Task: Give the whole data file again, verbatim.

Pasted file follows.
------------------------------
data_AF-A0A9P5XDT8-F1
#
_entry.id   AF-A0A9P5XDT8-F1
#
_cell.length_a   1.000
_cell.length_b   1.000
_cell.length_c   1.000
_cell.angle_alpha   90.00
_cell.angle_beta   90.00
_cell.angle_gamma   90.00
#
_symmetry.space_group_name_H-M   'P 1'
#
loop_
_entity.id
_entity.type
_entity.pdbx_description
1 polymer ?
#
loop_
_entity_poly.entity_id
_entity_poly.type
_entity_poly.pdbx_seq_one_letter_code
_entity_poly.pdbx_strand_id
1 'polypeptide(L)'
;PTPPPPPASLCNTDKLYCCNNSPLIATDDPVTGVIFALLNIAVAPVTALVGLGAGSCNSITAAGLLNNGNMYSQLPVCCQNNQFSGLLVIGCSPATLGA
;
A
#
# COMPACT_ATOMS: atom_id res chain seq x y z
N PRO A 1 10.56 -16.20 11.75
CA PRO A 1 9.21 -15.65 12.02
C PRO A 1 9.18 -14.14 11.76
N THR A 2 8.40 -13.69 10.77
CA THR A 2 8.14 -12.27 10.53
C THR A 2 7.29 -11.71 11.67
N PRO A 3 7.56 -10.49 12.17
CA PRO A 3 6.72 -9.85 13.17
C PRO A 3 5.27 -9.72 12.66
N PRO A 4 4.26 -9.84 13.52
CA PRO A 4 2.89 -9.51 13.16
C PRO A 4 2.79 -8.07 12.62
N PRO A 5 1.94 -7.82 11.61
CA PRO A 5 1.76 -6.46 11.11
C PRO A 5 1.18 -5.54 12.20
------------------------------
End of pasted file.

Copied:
data_AF-A0A9P5XDT8-F1
#
_entry.id   AF-A0A9P5XDT8-F1
#
_cell.length_a   1.000
_cell.length_b   1.000
_cell.length_c   1.000
_cell.angle_alpha   90.00
_cell.angle_beta   90.00
_cell.angle_gamma   90.00
#
_symmetry.space_group_name_H-M   'P 1'
#
loop_
_entity.id
_entity.type
_entity.pdbx_description
1 polymer ?
#
loop_
_entity_poly.entity_id
_entity_poly.type
_entity_poly.pdbx_seq_one_letter_code
_entity_poly.pdbx_strand_id
1 'polypeptide(L)'
;PTPPPPPASLCNTDKLYCCNNSPLIATDDPVTGVIFALLNIAVAPVTALVGLGAGSCNSITAAGLLNNGNMYSQLPVCCQNNQFSGLLVIGCSPATLGA
;
A
#
# COMPACT_ATOMS: atom_id res chain seq x y z
N PRO A 1 10.56 -16.20 11.75
CA PRO A 1 9.21 -15.65 12.02
C PRO A 1 9.18 -14.14 11.76
N THR A 2 8.40 -13.69 10.77
CA THR A 2 8.14 -12.27 10.53
C THR A 2 7.29 -11.71 11.67
N PRO A 3 7.56 -10.49 12.17
CA PRO A 3 6.72 -9.85 13.17
C PRO A 3 5.27 -9.72 12.66
N PRO A 4 4.26 -9.84 13.52
CA PRO A 4 2.89 -9.51 13.16
C PRO A 4 2.79 -8.07 12.62
N PRO A 5 1.94 -7.82 11.61
CA PRO A 5 1.76 -6.46 11.11
C PRO A 5 1.18 -5.54 12.20